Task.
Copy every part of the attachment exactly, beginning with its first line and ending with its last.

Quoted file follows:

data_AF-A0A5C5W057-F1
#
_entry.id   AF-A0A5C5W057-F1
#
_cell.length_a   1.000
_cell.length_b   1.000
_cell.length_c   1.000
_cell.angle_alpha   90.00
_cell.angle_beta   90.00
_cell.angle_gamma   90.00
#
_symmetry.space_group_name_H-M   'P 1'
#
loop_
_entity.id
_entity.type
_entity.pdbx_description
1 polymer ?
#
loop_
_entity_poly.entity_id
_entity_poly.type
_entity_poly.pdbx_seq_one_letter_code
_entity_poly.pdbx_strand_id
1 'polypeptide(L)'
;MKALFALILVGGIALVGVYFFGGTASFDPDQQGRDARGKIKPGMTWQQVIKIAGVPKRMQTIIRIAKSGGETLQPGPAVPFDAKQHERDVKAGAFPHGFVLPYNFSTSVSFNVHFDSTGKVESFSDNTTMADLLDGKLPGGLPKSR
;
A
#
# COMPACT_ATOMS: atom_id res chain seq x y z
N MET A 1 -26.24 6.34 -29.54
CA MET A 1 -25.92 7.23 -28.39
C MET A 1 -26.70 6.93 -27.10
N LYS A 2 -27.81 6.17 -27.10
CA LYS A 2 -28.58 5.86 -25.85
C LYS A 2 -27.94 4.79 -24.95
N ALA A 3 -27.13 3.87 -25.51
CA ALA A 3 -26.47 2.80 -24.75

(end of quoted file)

data_AF-A0A5C5W057-F1
#
_entry.id   AF-A0A5C5W057-F1
#
_cell.length_a   1.000
_cell.length_b   1.000
_cell.length_c   1.000
_cell.angle_alpha   90.00
_cell.angle_beta   90.00
_cell.angle_gamma   90.00
#
_symmetry.space_group_name_H-M   'P 1'
#
loop_
_entity.id
_entity.type
_entity.pdbx_description
1 polymer ?
#
loop_
_entity_poly.entity_id
_entity_poly.type
_entity_poly.pdbx_seq_one_letter_code
_entity_poly.pdbx_strand_id
1 'polypeptide(L)'
;MKALFALILVGGIALVGVYFFGGTASFDPDQQGRDARGKIKPGMTWQQVIKIAGVPKRMQTIIRIAKSGGETLQPGPAVPFDAKQHERDVKAGAFPHGFVLPYNFSTSVSFNVHFDSTGKVESFSDNTTMADLLDGKLPGGLPKSR
;
A
#
# COMPACT_ATOMS: atom_id res chain seq x y z
N MET A 1 -26.24 6.34 -29.54
CA MET A 1 -25.92 7.23 -28.39
C MET A 1 -26.70 6.93 -27.10
N LYS A 2 -27.81 6.17 -27.10
CA LYS A 2 -28.58 5.86 -25.85
C LYS A 2 -27.94 4.79 -24.95
N ALA A 3 -27.13 3.87 -25.51
CA ALA A 3 -26.47 2.80 -24.75